Edited and translated by Theodoros Chiotis
Penned in the Margins ($15.99)
by John Bradley
“The [Greek economic] crisis was not simply financial,” writes editor and translator Theodoris Chiotis in his introduction to Futures: Poems of the Greek Crisis; “it was the dissolution of a fantasy of a world that perhaps never was.” The destruction of this “fantasy”—of a democratic society fully integrated with the European Union—understandably leaves anger and bitterness in its wake, as the poems in this anthology demonstrate. In work that varies greatly in style and structure, from prose poems to villanelles, forty-one poets offer seventy-eight poems on the psychological and emotional effects of the Greek economic turmoil.
Dissolution is an apt rubric for Chiotis to use, and it can be seen in many of the titles of poems in this anthology: “Incomplete Syntax,” “Poem to Be Recited at Protest Rallies When Riot Police is Twenty Metres Away,” “Small Poem in Memory of Suicide Victim Dimitris Christoulas,” “Homeless (Roof-less),” “The Chaos,” and “The Invisible Man or Plan for a Revolution.” Dissolution can be found as well in the imagery, as in “The Table,” by Vassilis Amanatidis. Once a symbol of coming together, the table now “gradually dwindled into a furniture, / that was imperceptibly torn to pieces.” And it can be found in fractured language, as in Steve Willey’s “Blood Poem”: “That half of my Greece is called blood is my poem.” Dissolution even threatens to unravel poems. In Yiannis Stiggas’s “The Road to the Newspaper Kiosk,” we learn: “—this is where a line with hammers is missing—.”
The dissolution of a nation leads to despair and violence. George Ttouli, in “Mutilated Images,” uses a litany to show social upheaval:
In Lefkosia they open fire
on politician’s motorcades.
In Lefkosia I threw my passport
on the burning placards
What? What am I trying to say?
In Lefkosia I watched a cockroach
crawl beneath the barricades.
Often a dark humor emerges, as in A. E. Stallings’s “Austerity Measures,” one of two villanelles (both by Stallings) in the anthology: “Weep, Pericles, or maybe just get drunk. / We’ll hawk the Parthenon to buy our bread.” Absurdist humor also appears in three striking prose poems by Thomas Tsalapatis: “Transparent,” “The Nail,” and “The Box.” In “The Nail,” our narrator tells us how a nail grows from his forehead. Doctors eventually solve the problem: “They hung a painting on my forehead.” This absurdist solution has a drawback and an advantage—the narrator can no longer see anything other than the back of the picture, but the consolation he finds is “it’s not like that there is anything special to see.”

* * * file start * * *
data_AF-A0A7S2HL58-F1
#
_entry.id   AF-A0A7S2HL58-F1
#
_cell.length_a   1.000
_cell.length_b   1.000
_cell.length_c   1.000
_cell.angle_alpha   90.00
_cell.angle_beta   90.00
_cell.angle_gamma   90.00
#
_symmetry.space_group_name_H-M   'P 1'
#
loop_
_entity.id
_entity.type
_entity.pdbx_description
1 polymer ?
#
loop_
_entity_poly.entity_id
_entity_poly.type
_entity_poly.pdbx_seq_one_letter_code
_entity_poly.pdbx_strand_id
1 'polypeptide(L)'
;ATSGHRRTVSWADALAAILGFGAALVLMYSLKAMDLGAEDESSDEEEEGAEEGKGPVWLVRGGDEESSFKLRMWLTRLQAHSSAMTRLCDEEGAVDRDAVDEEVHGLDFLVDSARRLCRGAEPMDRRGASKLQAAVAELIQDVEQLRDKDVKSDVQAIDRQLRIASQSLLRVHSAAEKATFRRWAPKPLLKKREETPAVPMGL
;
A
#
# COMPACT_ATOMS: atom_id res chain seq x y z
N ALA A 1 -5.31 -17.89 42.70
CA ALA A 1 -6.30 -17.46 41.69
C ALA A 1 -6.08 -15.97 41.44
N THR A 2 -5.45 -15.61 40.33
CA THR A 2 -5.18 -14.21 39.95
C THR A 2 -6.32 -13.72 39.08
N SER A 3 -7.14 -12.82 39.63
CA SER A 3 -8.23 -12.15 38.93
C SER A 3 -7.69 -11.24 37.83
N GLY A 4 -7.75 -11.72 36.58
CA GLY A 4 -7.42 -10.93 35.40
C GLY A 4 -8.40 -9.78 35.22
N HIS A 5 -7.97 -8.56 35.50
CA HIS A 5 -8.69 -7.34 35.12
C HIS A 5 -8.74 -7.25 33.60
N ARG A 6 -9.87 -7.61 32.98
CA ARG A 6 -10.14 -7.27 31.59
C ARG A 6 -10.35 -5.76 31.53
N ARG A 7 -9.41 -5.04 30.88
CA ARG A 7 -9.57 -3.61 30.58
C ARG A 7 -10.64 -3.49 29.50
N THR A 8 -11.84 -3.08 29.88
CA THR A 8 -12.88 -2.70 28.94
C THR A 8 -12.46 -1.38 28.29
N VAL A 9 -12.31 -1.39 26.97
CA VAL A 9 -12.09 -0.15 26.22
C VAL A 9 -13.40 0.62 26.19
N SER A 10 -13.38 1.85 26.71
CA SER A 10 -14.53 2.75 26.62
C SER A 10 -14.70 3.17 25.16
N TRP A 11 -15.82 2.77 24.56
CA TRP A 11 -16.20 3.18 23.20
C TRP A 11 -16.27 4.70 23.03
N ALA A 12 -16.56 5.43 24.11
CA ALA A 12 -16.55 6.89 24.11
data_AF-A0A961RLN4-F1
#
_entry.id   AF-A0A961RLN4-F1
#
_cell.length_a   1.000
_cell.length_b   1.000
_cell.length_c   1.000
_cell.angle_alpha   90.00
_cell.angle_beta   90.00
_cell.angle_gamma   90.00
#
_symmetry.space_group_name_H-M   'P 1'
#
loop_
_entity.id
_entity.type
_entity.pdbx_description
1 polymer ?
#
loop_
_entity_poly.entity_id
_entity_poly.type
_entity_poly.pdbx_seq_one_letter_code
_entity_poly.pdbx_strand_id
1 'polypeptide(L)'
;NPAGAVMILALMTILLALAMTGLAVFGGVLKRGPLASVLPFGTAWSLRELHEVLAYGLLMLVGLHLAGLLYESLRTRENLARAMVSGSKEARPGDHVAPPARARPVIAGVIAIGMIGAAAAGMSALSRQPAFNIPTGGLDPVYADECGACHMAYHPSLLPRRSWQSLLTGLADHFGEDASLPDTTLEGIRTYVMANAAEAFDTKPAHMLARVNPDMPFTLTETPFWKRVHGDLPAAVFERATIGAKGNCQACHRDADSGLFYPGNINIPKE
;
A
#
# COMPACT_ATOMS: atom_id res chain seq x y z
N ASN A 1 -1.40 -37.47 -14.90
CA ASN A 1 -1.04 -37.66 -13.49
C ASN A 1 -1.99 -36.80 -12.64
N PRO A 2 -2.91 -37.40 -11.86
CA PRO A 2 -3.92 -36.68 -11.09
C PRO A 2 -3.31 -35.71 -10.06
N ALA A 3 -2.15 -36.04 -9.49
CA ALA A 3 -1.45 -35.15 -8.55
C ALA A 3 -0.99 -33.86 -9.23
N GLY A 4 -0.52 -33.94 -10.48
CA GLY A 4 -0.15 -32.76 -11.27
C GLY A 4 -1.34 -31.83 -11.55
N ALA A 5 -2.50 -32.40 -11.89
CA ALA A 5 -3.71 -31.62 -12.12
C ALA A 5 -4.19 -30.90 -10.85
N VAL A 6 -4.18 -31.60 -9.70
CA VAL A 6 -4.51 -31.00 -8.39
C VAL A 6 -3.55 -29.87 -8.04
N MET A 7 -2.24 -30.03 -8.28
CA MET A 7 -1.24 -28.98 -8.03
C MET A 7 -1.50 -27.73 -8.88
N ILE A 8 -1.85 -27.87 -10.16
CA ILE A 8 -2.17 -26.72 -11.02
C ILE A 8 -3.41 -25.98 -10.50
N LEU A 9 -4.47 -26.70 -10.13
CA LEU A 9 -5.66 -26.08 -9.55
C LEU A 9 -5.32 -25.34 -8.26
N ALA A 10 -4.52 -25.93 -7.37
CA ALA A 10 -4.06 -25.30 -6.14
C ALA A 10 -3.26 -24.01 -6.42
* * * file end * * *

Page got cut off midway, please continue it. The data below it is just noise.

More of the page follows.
Social breakdown can also lead to defiance. “And if only death and nothingness are the only things left for us / Then in death and nothingness we shall find hope,” writes Nikos Erinakis, in “The New Symmetry.” In “Days To,” a poet who goes by the name of Universal Jenny offers advice, such as “Push over the cliff whatever’s moving your way,” “Neutralise the verb ‘to shock’,” and “Draw courage from zero.” Katerina Iliopoulou, in “In Heaven Everything Is Fine,” sums up why we turn to poetry at a time of crisis: “Words are a means of survival.”
Much thought has gone into the creation of this book. Chiotis wrestled with the issue of “Greekness” and decided to include “not only Greek poets but also poets of Greek descent . . . and poets who have a personal connection or affinity with Greece.” The titles of each of the five sections of the book employ “financial jargon”: “Assessment,” “Adjustment,” “Implementation,” “Singularity,” and “Acceleration.” Chiotis also features, at the start of each section, a photograph of Greek street art; one shows us an image of Cupid, with the message: “fuck February 14th” and “Make Love & Class War.” The cover art is also arresting, displaying a marble sculpture of Atlas bearing on his back not the world, but a large Euro coin with the value of “0.”
There is one problem, however: Most of the poems in Futures are translated by the Greek poets themselves. And many of these self-translated poems contain badly worded lines. For example, in Emily Critchley’s “Protest Song, 11th December 2010,” she states: “Police are people too— / have so much feelings to give—” In Constantintinos Hadzinikolaou’s “The Adelaides,” he writes, “She goes and find him . . . .” In Yiannis Stiggas’s “In the Style of Y. S.,” Stiggas offers: “it is poetry to that kicks at the stool.” It’s unfortunate that these problems weren’t caught because when writers experiment with breaking grammar and syntax for effect, as many of the poets here appear to do, errors leave the reader wondering what fractures are deliberate.
This minor issue, however, does not dim the power of these poems. “I want to gatecrash history,” reads the graffiti in one photo. This impressive anthology does just that.